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Huawei exec accused of stealing trade secrets from chip company CNEX

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Chinese President Xi Jinping is shown around the offices of Chinese tech firm Huawei technologies by its President Ren Zhengfei in London during his state visit in 2015.

Matthew Lloyd | AFP | Getty Images

CNEX, a microchip company backed by Microsoft and Dell, has filed new allegations in a Texas lawsuit accusing Chinese tech giant Huawei and one of its executives of stealing trade secrets.

It’s the latest filing in a suit set to go to trial June 3. CNEX claims that Huawei spent years trying to steal its data storage secrets, while Huawei has countered with its own suit, filed earlier this month, alleging CNEX is the one that’s been engaged in theft of trade secrets. Both companies have denied wrongdoing.

A Huawei spokesman called reports of CNEX’s newest claims “misleading” and the allegations “unsubstantiated.”

On Thursday, a Huawei spokesman said the company’s recent filing against CNEX stems from a 2017 action 

The case comes as Huawei finds itself at the center of controversy in the U.S. The company, which makes computer networking equipment, is now subject to a “blacklisting” ban by the Trump administration, and faces criminal actions, including a federal trade secrets case in the state of Washington and allegations of fraud against its CFO, who is currently awaiting an extradition hearing in Vancouver.

CNEX has alleged that a Huawei deputy chairman, Eric Xu, directed an employee to pose as a potential customer and submit a report on his findings in order to obtain trade secrets for the company’s chip research and development department.

CNEX also claims Huawei had ties with China’s Xiamen University, and misappropriated trade secrets through that relationship.

Huawei’s concurrent action against CNEX stems from a 2017 trade secrets theft case involving one of CNEX’s founders, Yiren Huang, who now serves as the company’s CTO. Huawei says Huang, a former employee, stole trade secrets and used them to form CNEX. “Huawei looks forward to pressing our claims against CNEX and Mr. Huang at trial,” a Huawei spokesman said via email.

WATCH: Judge gave China, Huawei a ‘gift’ in Qualcomm ruling, says expert

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Analysts on Shanghai’s new Nasdaq-style STAR tech board

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People take pictures during an opening ceremony of the Shanghai Stock Exchange’s Sci-Tech Innovation Board in Shanghai on July 22, 2019.

STR | AFP | Getty Images

The first tranche of companies on China’s new Nasdaq-style tech board started trading on Monday, with all the stocks seeing gains on their public debut.

Still, some are cautioning against jumping quickly into the action.

“I think this market, it needs to … basically take a little bit of patience to develop,” Eugene Qian, president of UBS Securities, told CNBC’s “Squawk Box” on Monday.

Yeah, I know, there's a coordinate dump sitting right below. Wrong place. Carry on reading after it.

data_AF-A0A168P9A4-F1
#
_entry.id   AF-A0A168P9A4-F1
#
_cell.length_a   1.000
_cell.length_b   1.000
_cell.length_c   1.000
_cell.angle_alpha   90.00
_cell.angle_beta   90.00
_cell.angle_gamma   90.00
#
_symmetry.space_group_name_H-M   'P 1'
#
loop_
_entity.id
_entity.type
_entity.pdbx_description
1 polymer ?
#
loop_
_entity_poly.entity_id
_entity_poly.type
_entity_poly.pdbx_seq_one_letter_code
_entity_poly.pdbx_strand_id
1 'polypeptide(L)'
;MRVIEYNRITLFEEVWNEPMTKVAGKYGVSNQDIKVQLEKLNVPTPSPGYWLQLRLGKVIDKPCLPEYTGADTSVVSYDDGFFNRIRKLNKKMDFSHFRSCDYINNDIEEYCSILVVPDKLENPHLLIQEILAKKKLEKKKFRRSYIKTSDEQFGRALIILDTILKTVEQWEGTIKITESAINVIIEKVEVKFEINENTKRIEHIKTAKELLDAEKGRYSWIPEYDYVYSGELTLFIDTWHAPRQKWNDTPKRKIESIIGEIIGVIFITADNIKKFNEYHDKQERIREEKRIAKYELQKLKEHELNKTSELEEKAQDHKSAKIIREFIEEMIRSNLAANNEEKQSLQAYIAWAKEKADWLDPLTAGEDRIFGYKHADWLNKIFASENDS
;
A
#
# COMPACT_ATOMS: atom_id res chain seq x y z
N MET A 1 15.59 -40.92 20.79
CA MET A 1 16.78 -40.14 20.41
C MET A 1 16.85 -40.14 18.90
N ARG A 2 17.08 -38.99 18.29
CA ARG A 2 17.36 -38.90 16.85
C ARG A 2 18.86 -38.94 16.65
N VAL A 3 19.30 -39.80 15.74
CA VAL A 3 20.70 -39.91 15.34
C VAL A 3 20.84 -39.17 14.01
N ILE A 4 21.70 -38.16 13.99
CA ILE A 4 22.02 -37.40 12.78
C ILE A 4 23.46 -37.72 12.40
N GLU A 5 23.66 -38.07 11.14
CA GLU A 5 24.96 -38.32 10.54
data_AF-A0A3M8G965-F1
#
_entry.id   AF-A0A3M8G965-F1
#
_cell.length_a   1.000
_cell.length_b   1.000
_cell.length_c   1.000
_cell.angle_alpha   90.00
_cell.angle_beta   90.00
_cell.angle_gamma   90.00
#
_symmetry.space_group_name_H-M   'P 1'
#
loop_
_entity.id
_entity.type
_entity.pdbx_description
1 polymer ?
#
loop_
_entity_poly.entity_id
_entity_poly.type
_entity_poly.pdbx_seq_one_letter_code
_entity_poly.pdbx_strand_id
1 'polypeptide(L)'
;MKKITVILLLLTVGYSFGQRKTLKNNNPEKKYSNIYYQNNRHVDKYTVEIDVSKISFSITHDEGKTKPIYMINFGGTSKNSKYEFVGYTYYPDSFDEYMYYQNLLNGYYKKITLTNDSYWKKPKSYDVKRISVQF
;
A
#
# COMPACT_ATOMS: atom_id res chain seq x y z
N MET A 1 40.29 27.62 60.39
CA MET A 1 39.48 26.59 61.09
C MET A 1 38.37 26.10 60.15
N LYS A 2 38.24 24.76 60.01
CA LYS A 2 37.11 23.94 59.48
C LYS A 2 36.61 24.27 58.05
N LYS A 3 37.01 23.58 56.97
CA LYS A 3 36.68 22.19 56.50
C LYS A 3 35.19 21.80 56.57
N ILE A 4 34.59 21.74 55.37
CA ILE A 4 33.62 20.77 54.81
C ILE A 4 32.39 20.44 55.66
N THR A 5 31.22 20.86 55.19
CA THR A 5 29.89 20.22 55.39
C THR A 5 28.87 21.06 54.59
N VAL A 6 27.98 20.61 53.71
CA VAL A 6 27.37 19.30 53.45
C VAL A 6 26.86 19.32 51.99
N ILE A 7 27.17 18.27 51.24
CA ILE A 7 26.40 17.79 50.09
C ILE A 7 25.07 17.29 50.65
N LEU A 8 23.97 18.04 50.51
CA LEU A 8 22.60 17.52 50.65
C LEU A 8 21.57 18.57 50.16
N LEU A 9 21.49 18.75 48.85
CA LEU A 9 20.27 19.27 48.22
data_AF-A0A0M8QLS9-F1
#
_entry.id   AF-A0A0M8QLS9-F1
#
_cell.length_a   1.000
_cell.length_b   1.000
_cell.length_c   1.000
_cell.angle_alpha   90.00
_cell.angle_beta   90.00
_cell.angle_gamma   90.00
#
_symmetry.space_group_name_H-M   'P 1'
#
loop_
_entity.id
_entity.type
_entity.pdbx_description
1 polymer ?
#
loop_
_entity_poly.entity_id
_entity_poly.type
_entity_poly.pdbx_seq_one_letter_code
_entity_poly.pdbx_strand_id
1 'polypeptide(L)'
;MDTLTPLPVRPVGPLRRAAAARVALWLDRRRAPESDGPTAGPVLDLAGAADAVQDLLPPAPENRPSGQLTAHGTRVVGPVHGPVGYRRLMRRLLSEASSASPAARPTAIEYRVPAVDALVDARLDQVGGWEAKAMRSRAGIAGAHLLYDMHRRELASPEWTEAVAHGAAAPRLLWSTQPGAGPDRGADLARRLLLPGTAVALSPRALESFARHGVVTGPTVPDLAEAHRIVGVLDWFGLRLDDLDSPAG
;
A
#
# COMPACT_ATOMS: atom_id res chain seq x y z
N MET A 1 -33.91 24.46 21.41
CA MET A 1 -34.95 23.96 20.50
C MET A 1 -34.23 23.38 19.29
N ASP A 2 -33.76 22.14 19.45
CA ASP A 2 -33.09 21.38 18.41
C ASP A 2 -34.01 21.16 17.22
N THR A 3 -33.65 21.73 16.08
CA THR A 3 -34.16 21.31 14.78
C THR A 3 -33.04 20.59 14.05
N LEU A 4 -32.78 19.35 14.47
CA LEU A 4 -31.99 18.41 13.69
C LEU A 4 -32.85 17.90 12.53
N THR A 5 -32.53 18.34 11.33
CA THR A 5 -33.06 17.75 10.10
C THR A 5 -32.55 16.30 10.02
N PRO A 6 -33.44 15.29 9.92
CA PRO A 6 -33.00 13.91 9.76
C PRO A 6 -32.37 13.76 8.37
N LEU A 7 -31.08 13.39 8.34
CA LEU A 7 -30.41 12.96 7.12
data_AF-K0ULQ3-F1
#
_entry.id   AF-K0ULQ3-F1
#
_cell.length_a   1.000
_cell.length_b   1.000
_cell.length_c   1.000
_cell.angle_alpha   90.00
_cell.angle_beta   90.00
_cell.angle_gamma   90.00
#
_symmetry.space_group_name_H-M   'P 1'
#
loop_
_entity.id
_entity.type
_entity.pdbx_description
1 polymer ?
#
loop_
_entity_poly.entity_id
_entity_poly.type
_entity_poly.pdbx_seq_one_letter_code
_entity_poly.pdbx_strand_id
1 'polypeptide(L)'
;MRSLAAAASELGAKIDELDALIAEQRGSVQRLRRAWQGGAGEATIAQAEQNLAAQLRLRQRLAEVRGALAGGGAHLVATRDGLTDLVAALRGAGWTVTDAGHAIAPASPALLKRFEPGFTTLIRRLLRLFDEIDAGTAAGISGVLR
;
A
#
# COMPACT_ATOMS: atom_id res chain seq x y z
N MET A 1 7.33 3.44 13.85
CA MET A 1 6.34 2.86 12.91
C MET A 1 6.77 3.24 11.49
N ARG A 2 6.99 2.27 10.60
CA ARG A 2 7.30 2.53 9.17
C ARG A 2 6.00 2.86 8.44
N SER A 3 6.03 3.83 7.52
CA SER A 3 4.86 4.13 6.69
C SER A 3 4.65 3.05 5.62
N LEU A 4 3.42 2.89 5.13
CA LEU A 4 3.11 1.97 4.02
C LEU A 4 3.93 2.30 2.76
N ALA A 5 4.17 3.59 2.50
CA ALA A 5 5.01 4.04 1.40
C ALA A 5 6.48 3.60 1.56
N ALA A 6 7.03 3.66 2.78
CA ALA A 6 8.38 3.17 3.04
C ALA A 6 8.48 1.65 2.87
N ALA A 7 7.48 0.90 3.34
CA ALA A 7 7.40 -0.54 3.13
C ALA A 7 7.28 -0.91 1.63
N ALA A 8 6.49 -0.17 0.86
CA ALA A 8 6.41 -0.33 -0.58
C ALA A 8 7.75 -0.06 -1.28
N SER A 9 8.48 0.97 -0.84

“For anything new in China, there is a tendency for retail-oriented markets like China to overly speculate,” Qian said, adding that this would contribute to a “short-term bubble” that may not be sustainable.

The new technology board — the Science and Technology Innovation Board, or “STAR Market,” which is operated by the Shanghai Stock Exchange — comes as China attempts to address investor concerns about market volatility and the lack of governance.

It’s easier for firms to go public in the new STAR Market tech board, compared to listing on the Shanghai A-share market, as companies need to go through a registration instead of waiting for regulatory approval which could take longer.

“I think a lot of people are going to really be behind this,” Gareth Nicholson, head of fixed income at Bank of Singapore, told CNBC on Monday. “This is gonna be pretty wild.”

‘Focus on individual companies’

Prior to their public debut, initial public offerings on the STAR Market saw an average over-subscription of about 1,700 times among retail investors, Reuters reported. In the first five days of a company’s listing, no daily price limits will be placed. But after that period, a stock will be allowed to trade within a 20% range.

In comparison, listings elsewhere in China are subjected to a gain cap of 44% on their debut and limited to a 10% gain or loss thereafter.

J.P. Morgan’s Chief China Economist and Head of China Equity Strategy, Haibin Zhu, urged investors to “focus on individual companies.”

“You need to focus on the sector and the company itself, and make sure that they have decent or stable earnings outlook,” Zhu told CNBC’s “Street Signs” on Monday.

With the new stock board primarily aimed at domestic investors, opportunities for foreign participation will be minimal for now.

UBS Securities’ Qian said foreign investors are likely to watch “with a lot of interest” but will likely “wait a little bit out.”

Many of the stocks listed on the new tech board are similar to those on the Chinext in Shenzhen, which is already included by MSCI in its indexes, Qian said.